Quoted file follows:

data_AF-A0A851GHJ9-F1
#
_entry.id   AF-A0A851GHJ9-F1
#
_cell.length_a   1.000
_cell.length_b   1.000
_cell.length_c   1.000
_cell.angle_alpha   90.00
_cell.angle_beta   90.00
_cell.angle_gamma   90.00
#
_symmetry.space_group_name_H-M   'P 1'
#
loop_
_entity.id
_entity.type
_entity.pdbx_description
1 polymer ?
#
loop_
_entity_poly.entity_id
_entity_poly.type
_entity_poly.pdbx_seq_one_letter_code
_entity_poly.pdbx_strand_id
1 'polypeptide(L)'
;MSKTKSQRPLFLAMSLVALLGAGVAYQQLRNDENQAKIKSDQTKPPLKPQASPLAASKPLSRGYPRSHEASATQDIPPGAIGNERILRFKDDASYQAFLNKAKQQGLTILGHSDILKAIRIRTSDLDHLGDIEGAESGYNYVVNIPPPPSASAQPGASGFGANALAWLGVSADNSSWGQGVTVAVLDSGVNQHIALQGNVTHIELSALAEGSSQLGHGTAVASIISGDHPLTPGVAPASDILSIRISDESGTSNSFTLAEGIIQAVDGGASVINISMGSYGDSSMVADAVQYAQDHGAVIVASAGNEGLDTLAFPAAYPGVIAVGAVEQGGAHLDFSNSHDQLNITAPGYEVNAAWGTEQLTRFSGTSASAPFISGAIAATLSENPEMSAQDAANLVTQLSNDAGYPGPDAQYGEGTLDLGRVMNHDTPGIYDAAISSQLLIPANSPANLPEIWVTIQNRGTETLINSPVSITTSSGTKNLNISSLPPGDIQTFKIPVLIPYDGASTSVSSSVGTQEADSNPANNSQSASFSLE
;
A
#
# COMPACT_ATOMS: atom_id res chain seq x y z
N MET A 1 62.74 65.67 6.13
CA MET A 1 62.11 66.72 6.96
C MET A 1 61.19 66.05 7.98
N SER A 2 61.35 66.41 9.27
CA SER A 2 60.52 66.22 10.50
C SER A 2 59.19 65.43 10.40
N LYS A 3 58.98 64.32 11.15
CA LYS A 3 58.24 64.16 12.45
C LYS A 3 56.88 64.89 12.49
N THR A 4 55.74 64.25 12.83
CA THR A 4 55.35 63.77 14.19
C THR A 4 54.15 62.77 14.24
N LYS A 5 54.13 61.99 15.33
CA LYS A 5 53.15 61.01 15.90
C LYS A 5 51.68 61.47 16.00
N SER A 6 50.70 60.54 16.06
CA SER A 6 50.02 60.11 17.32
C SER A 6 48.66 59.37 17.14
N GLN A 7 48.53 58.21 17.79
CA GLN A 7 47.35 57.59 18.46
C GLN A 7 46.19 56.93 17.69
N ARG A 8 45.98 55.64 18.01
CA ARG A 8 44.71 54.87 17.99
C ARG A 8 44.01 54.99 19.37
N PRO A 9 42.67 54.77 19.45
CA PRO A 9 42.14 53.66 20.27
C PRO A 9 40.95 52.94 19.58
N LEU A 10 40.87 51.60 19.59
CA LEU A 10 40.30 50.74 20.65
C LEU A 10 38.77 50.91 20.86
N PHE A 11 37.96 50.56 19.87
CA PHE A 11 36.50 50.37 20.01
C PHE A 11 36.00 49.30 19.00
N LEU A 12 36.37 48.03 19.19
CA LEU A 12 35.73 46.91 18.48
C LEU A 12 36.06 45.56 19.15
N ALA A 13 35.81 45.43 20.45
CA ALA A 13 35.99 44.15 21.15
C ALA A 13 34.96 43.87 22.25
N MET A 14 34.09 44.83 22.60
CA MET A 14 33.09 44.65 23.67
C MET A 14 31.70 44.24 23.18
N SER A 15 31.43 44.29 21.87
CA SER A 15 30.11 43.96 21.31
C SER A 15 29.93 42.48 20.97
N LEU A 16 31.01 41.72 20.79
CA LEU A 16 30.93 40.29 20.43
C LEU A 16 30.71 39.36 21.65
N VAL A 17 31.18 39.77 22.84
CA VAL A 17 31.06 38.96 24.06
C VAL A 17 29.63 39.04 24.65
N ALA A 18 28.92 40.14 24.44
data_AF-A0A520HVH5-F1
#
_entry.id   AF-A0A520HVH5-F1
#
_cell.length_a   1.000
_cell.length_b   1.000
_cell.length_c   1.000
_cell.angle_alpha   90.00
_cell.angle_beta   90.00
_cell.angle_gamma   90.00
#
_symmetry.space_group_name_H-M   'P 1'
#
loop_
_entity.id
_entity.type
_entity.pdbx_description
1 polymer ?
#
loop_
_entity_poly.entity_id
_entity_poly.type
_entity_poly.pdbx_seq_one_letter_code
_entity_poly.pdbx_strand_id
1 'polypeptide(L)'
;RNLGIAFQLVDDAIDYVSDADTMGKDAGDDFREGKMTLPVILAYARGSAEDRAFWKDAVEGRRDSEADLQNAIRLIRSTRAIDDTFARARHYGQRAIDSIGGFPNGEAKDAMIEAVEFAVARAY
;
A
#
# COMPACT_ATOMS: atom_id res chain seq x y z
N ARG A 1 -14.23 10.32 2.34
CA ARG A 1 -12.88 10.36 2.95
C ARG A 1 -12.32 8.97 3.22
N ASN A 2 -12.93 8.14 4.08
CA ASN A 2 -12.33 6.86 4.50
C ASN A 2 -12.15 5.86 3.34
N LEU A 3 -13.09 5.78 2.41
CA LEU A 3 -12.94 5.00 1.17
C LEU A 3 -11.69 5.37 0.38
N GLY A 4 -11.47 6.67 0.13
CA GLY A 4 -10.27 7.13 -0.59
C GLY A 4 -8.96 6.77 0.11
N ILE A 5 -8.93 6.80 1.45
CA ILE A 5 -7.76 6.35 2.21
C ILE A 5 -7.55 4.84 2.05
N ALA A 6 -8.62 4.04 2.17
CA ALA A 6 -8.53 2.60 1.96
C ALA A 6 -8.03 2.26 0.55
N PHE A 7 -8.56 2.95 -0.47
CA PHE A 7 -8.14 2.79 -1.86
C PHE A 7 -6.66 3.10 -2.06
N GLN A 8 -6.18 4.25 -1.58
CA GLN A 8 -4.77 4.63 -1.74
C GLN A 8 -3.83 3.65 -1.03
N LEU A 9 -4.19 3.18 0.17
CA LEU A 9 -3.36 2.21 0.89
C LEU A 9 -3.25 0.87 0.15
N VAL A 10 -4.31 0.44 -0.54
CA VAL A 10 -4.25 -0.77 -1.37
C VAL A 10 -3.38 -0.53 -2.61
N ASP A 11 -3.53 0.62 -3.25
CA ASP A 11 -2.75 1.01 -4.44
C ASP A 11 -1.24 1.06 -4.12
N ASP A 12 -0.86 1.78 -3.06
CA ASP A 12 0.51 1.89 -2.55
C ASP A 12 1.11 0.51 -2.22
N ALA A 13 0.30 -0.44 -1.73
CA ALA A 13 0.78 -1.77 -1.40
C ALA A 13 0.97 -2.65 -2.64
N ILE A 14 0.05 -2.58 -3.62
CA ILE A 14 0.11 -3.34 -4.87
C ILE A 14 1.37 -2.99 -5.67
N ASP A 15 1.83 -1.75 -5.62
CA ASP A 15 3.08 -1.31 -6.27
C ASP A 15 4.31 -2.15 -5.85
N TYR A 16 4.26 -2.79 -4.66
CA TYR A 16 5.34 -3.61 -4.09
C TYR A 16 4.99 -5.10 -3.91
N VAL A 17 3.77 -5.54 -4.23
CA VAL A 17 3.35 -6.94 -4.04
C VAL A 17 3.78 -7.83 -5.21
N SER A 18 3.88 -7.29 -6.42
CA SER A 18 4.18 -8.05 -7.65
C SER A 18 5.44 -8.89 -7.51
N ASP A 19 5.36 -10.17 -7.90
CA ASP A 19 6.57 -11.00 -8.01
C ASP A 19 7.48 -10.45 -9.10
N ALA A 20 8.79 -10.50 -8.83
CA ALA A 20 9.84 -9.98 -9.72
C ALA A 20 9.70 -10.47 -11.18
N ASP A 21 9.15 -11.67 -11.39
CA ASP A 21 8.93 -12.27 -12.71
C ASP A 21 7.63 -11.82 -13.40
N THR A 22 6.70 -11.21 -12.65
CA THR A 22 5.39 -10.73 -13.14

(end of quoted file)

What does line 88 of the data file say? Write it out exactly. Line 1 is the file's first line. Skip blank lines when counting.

_cell.length_b   1.000